Respecting The Game

Several music artists are avid fans of MMA, but only a select few have the distinction of hitting the road and representing MMA’s most popular magazine on the festival circuit. After The Burial is amongst the select few.

 

The hardcore metal quintet is about to embark on The December Decimation Tour, the year’s hard music, holiday extravaganza, and they are incredibly excited. While the Minnesota-based collective (comprised of vocalist Anthon Notarmaso, bassist Lee Floral, drummer Dan Carle, and guitarists Trent Hafdahl and Justin Lowe) will beco-headlining the bill and promoting their new studio album In Dreams, the tour holds special significance to them because one of their favorite publications—FIGHT!—is co-sponsoring the tour.

 

When Notarmaso heard the news, he was pleasantly surprised. “I was shocked,” the 26-year-old says. “When I found out it was happening, I was like, ‘Whoa, that’s frickin’ badass.’ It’s pretty cool. It’s a sign of good things to come, hopefully.”

 

Though all the band members follow the latest happenings in the MMA world, Notarmaso is perhaps the most passionate member, and that passion began when he was a little boy. While the singer had watched boxing, it wasn’t until the mid-1990s when he was exposed to the UFC that his love of MMA began.

 

Notarmaso’s best friend lived across the street, and his family would order the UFC pay-per-view events whenever they came on. Immediately, boxing lost its taste because, in his mind, MMA represented more of the true form of fighting.

 

“It was no holds barred, and there were no weight classes or anything—just guys kicking the shit out of each other,” he recalls. “I watched boxing too, but the UFC was better because it was legitimate fighting.”

 

At first, strikers mostly appealed to Notarmaso—especially Tank Abbott due to his slugfest mentality, unique physique, and trademark beard. But he also appreciated some of the sport’s earliest pioneers, including Ken Shamrock and Royce Gracie, because they specialized in submission maneuvers that he hadn’t seen before.

 

In fact, his appreciation for Brazilian Jiu-Jitsu is becoming stronger and stronger every day. “The ground game is definitely growing on me, that’s for sure,” Notarmaso says. “It’s cool seeing someone get knocked out, but now you’re seeing that the ground game matters just as much as the stand-up.”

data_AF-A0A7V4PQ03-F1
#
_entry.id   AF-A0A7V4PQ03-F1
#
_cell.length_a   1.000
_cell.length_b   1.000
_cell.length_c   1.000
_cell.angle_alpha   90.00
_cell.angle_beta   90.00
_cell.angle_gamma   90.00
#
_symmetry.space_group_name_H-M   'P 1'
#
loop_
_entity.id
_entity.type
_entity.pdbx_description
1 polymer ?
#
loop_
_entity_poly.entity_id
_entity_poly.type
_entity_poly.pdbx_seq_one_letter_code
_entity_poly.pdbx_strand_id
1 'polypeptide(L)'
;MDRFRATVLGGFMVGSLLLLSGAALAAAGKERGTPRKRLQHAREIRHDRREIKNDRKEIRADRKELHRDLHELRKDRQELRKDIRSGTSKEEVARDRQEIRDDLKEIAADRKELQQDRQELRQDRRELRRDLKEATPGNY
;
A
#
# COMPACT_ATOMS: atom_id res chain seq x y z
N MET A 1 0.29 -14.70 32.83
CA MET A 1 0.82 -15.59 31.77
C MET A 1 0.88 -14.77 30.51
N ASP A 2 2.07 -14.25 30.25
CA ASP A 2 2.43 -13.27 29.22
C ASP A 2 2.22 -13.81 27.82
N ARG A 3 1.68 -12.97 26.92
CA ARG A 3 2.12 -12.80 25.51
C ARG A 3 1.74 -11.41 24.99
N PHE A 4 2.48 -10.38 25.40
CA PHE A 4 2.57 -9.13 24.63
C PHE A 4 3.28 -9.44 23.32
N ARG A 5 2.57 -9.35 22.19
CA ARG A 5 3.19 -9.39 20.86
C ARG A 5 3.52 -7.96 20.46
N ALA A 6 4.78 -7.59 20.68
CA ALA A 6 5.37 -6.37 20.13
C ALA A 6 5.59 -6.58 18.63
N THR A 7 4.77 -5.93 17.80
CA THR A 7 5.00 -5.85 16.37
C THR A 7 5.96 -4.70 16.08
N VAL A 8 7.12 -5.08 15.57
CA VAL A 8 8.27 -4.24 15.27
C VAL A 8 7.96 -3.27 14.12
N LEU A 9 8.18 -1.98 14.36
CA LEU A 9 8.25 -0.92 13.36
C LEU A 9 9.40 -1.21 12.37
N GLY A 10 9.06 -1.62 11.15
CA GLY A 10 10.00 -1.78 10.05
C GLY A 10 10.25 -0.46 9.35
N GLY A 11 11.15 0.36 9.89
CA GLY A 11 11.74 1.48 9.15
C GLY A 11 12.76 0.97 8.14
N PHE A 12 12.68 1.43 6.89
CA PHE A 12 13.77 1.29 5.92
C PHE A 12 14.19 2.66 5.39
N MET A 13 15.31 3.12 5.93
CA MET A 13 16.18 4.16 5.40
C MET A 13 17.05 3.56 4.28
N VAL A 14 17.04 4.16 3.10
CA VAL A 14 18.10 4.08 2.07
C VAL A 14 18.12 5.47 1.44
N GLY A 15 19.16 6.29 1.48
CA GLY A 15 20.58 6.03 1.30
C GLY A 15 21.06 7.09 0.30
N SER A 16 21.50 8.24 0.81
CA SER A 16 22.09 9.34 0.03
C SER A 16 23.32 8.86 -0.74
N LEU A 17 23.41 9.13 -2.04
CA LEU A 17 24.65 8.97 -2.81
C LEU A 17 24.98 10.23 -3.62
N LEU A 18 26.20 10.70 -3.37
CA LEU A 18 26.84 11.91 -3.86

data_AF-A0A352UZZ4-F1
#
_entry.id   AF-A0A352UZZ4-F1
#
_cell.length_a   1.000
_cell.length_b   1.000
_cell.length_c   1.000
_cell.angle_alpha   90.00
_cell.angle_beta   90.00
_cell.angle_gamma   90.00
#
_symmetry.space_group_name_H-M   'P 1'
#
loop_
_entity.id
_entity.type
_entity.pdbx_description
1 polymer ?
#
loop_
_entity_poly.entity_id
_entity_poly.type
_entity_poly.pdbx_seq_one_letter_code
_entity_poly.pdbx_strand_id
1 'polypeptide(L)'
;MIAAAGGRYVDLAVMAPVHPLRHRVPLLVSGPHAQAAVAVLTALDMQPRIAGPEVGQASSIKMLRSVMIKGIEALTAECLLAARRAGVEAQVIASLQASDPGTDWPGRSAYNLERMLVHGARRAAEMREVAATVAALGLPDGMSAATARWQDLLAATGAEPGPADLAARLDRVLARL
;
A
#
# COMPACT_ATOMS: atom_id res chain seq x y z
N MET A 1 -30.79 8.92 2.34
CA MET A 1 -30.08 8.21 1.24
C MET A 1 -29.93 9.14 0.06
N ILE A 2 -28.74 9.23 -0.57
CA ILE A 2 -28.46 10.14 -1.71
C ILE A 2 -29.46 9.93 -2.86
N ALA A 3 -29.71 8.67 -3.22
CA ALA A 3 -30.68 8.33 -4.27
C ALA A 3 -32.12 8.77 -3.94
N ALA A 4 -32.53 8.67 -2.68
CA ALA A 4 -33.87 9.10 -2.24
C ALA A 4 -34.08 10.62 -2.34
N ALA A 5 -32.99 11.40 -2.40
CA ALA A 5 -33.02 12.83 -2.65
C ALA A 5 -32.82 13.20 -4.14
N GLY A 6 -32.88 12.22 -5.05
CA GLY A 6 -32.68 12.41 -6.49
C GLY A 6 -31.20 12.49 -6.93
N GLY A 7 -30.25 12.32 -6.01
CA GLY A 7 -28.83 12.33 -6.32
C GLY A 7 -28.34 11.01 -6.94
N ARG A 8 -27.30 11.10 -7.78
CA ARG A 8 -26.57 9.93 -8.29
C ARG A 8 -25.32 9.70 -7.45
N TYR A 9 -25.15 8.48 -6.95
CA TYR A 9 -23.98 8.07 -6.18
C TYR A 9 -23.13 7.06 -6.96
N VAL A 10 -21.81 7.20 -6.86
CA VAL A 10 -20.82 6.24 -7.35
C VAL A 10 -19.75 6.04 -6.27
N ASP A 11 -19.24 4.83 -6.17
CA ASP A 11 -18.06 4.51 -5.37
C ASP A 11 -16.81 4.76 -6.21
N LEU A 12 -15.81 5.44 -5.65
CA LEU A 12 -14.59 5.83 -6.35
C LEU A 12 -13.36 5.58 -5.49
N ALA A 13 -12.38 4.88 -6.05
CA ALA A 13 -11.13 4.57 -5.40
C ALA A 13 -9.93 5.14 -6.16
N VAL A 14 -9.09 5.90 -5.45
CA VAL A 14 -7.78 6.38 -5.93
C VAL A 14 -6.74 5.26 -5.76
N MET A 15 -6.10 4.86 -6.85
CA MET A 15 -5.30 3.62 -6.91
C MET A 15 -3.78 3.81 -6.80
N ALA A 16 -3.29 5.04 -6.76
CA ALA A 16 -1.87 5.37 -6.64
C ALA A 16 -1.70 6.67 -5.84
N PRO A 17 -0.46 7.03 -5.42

As the sport has transformed over the past decade, so have his favorite cage warriors. While fighters like Abbott and Gracie will always hold a soft spot in Notarmaso’s heart, he is now hooked on multi-dimensional fighters with respectful and quirky attitudes. Amir Sadollah and Roy Nelsonare some he watches closely, but the scruffy vocalist adores UFC Welterweight Champion Georges St-Pierre. He might even have a man crush on him.

 

“I remember Matt Hughes talking shit to GSP on TUF because he beat him one time” he recalls. “But St-Pierre kept his composure because he is a genuine dude and he ended up kicking the shit out of Hughes a couple of months later. GSP maintains his composure, he’s levelheaded, and he’s a respectful fighter. I think that’s awesome. It seems like he is very easy to like. I’m always cheering for him, even though he’s French Canadian, but that’s cool with me because I have a lot of French Canadian friends.”

 

Notarmaso is especially hyped about the upcoming Georges St-Pierre and Josh Koscheck welterweight showdown this December in Montreal. Like any GSP fan, or die hard Zuffa aficionado, the singer has been watching the current installment of The Ultimate Fighter closely and has noticed the mind games Koscheck has been playing. But as “Rush” has done in the past, he has maintained his composure, and that re-enforces his allegiance to one of MMA’s best pound-for-pound fighters.

 

“Koscheck talks shit, but GSP keeps his composure,” Notarmaso says. “It was totally chill and I was like, ‘That’s awesome. He’s not letting someone get to him,’ and I think he even said something like, ‘I do my fighting in the ring,’ so it was pretty cool. I definitely like St-Pierre in that fight. That’s for sure.”

 

But as it stands, there isn’t any chance—at least not right now—of Notarmaso becoming Minnesota’s version of GSP. Although there are plenty of gyms around in “Brock Lesnar Country,” neither him nor the other band members have the time to train in mixed martial arts.

 

“It would be so hard to with my schedule,” he says. “It would be really fun, but I just don’t have time right now.”

 

While After The Burial will be spending the next month on the FIGHT! sponsored December Decimation Tour, they clearly won’t have the time to train. The only things they can do are perform live onstage, promote In Dreams, and interact with fans. Oh yeah, and crash the bar afterwards to watch Notarmaso’s hero throw down.

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